If you're feeling fancy, you can pipe the yolks using a pastry bag and tip; personally, I've never felt that Martha Stewart-ish...

The traditional garnish is a light sprinkle of paprika atop the yolks; this gives the deviled eggs some color, but is completely optional, of course.

Now, how about some simple variations?

•Curried deviled eggs: Substitute 1/2 to 1 teaspoon curry powder for the mustard; and 2 to 4 tablespoons finely chopped chutney for the pickle relish. Omit the Worcestershire sauce.
•Scallion deviled eggs: Substitute 2 to 4 tablespoons finely chopped scallion, both white and green parts, for the pickle relish. Add 1/4 teaspoon onion powder, if desired.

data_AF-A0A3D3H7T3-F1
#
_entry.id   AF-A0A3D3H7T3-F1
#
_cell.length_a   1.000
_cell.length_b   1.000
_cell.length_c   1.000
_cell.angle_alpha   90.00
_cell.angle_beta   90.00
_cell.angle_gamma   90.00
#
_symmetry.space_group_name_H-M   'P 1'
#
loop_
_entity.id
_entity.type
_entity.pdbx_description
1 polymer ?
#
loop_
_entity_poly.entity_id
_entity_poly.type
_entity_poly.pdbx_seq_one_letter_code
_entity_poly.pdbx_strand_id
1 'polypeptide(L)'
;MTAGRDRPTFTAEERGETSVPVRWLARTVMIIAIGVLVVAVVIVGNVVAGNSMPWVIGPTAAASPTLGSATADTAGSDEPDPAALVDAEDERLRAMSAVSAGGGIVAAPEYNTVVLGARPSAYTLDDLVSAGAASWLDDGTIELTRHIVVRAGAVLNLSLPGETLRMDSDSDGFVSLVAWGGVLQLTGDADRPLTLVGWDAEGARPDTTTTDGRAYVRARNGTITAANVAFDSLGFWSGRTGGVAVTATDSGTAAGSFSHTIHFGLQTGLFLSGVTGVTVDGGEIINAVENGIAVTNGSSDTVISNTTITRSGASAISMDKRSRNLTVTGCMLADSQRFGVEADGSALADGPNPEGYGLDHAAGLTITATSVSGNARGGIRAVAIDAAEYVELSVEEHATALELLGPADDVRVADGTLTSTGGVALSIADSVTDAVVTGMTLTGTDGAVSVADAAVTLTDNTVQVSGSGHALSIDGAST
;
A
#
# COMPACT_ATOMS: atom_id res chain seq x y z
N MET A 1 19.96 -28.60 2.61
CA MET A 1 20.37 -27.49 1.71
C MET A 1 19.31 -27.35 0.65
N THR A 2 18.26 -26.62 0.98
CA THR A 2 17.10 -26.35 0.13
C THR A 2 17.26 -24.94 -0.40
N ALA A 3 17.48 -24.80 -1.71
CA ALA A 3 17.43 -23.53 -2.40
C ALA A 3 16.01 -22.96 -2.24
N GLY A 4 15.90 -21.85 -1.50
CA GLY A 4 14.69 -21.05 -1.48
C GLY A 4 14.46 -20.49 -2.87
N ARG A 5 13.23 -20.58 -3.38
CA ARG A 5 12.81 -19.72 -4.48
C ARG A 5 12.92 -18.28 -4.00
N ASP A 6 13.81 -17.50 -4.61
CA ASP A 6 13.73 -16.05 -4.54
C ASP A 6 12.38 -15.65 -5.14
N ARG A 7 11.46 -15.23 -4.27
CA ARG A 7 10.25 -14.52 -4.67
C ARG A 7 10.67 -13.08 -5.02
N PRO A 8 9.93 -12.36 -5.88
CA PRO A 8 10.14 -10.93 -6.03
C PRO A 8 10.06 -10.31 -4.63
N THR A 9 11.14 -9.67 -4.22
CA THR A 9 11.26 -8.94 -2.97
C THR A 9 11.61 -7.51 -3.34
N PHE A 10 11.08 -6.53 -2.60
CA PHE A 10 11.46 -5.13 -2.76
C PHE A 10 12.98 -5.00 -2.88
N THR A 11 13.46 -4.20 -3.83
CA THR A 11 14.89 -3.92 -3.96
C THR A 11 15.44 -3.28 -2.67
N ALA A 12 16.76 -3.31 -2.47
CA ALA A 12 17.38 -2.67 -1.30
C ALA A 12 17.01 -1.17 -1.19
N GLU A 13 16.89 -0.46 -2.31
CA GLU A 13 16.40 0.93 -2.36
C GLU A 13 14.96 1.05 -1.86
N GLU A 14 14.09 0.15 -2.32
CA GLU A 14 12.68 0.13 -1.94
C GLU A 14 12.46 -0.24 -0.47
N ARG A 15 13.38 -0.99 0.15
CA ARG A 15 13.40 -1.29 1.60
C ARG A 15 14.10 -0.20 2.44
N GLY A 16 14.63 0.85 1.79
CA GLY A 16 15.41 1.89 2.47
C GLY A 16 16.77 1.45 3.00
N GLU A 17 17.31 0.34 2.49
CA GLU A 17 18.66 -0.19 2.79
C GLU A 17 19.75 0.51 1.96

•Savory deviled eggs: Substitute tartar sauce for the mayonnaise and omit the pickle relish, for a slightly less sweet/more tangy treat.

Keep these simple tips in mind as you embark on (or continue) your deviled egg journey. With all those boiled eggs you end up with around Easter time, it's good to have a destination beyond egg salad!

Please read, make, and review our recipe for Deviled Eggs.

Print just the recipe.

Filed Under: Recipes
PJ Hamel
The Author

About PJ Hamel

PJ Hamel grew up in New England, graduated from Brown University, and was a Maine journalist before joining King Arthur Flour in 1990. PJ bakes and writes from her home on Cape Cod, where she enjoys beach-walking, her husband, two dogs, and really good food!